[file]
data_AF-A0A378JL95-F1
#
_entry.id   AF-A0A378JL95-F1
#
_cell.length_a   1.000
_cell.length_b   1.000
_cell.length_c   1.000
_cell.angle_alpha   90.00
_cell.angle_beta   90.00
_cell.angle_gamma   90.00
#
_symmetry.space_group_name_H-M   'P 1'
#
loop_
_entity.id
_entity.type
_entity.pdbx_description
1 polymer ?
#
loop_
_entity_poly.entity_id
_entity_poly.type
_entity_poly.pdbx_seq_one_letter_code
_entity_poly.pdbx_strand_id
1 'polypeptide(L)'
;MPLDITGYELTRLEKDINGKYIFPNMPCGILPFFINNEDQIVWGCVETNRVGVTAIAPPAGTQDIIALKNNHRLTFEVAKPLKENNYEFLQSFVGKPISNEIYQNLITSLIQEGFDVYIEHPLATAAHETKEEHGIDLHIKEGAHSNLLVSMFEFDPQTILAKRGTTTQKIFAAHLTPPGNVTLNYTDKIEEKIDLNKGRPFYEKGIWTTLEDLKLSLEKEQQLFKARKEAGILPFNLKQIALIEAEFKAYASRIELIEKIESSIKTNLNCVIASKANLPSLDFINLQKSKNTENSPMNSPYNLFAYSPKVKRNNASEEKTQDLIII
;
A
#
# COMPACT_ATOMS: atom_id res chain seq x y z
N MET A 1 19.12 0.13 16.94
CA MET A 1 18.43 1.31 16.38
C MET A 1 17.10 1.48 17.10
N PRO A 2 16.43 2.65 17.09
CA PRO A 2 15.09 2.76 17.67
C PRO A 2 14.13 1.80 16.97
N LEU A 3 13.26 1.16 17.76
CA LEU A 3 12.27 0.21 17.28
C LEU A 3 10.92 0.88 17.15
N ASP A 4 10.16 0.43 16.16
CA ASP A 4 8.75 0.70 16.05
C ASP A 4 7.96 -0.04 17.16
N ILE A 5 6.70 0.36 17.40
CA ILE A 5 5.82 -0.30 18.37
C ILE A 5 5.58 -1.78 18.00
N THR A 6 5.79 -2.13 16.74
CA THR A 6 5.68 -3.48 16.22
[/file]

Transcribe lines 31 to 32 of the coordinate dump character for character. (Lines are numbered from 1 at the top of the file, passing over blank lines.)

N MET A 1 19.12 0.13 16.94
CA MET A 1 18.43 1.31 16.38